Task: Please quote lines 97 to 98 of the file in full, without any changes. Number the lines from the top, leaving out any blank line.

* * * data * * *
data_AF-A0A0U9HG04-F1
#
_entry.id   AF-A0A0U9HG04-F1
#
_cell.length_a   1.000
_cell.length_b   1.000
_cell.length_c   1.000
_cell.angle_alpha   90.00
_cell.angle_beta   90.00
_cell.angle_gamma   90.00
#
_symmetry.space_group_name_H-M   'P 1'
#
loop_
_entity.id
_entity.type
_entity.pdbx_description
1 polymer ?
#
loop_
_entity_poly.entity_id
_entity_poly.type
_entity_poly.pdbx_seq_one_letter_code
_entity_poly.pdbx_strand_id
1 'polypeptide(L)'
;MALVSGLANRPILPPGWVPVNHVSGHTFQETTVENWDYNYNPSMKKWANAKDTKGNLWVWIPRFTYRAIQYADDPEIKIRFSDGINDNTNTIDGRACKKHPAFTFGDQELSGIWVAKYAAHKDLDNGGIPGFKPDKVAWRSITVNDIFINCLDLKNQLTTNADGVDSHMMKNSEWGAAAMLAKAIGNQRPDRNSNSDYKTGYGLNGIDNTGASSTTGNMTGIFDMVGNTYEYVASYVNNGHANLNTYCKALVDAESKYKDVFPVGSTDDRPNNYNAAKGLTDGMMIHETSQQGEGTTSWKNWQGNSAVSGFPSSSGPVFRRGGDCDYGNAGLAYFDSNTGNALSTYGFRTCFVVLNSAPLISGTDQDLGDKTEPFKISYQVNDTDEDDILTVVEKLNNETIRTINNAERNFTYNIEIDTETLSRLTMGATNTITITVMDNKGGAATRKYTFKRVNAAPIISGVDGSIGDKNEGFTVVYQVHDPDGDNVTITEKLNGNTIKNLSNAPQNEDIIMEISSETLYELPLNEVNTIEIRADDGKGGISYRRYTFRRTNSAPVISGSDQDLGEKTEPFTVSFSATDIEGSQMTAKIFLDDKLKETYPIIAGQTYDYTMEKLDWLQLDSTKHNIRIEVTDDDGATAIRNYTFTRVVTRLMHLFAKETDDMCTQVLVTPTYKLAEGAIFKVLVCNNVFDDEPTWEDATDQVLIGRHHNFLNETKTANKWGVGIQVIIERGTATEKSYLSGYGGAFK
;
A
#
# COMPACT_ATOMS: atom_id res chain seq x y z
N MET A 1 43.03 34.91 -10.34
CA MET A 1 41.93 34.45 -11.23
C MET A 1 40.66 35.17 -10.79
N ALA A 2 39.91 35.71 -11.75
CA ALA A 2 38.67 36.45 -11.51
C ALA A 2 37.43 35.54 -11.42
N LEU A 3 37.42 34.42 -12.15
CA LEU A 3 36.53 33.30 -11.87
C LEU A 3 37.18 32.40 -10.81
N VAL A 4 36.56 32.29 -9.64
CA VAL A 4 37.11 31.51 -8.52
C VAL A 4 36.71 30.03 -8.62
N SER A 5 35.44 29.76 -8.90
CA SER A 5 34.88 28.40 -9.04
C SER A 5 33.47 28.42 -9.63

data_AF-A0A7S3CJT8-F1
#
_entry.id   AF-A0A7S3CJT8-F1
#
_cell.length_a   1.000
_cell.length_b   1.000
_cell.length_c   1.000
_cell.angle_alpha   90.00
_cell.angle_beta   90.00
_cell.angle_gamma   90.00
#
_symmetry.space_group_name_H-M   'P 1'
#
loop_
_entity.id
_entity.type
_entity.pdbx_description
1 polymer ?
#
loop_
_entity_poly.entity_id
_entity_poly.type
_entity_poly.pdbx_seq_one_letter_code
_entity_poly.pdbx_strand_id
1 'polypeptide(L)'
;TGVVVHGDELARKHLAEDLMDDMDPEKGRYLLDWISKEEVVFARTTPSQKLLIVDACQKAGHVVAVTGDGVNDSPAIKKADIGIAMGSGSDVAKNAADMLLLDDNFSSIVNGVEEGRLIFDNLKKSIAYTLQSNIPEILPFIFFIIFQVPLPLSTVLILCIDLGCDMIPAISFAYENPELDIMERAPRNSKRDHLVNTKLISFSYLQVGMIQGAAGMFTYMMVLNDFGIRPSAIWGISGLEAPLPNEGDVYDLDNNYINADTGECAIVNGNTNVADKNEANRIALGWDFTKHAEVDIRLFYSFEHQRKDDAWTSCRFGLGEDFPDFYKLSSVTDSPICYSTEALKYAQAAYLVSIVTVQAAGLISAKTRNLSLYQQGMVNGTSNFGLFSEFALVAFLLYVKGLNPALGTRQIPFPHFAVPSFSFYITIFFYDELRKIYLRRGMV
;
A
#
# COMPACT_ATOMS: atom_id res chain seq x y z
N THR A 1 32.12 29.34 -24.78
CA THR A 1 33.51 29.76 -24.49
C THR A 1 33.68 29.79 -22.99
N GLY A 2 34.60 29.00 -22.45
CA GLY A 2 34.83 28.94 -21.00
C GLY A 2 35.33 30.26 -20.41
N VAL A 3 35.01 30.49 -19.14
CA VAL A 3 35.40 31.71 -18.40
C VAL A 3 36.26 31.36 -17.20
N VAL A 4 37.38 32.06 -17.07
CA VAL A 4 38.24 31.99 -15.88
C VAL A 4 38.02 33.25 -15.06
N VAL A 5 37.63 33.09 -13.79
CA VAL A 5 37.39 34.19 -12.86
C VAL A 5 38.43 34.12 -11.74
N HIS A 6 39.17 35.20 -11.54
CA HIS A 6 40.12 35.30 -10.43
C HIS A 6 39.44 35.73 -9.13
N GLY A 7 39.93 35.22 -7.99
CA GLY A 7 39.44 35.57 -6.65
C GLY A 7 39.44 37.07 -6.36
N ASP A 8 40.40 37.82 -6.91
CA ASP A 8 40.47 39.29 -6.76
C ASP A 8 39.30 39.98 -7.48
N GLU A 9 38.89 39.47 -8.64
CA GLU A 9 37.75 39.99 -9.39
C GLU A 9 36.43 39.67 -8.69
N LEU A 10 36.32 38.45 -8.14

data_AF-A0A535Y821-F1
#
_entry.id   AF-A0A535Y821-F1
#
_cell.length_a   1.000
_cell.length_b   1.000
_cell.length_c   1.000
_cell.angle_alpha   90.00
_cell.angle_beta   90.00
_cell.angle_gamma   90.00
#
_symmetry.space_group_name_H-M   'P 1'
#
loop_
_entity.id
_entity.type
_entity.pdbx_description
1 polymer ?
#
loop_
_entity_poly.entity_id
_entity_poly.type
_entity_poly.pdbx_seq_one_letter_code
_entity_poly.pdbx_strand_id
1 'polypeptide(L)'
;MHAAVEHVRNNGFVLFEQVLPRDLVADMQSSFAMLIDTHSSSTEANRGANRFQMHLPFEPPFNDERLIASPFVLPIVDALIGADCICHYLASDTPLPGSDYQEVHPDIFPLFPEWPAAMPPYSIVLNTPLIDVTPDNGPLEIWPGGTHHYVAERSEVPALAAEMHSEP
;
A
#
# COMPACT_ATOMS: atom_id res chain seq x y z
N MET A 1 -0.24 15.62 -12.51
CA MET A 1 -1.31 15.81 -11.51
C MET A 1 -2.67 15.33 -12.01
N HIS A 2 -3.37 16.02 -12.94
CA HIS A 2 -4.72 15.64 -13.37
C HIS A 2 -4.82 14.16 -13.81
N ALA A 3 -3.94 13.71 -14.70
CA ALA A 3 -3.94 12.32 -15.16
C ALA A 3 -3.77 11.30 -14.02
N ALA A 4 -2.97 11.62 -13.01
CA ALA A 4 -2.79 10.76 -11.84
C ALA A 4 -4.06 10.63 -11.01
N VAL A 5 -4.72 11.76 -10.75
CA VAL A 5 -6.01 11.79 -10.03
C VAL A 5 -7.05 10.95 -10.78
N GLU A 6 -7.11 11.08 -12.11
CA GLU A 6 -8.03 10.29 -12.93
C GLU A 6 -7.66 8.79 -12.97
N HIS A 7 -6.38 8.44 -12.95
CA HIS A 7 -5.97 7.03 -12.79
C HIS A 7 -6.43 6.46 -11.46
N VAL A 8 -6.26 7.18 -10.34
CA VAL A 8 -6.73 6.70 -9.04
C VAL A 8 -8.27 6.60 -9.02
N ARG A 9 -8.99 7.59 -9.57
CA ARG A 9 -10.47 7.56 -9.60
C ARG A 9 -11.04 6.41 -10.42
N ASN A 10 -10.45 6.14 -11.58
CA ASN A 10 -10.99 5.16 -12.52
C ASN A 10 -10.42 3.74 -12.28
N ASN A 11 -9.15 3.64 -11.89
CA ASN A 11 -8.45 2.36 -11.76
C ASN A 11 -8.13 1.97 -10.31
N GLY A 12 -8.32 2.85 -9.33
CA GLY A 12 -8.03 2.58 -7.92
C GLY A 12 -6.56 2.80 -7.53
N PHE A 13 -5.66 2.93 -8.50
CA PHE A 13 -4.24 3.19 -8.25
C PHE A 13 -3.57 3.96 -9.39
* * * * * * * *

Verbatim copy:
N ASP A 8 40.40 37.82 -6.91
CA ASP A 8 40.47 39.29 -6.76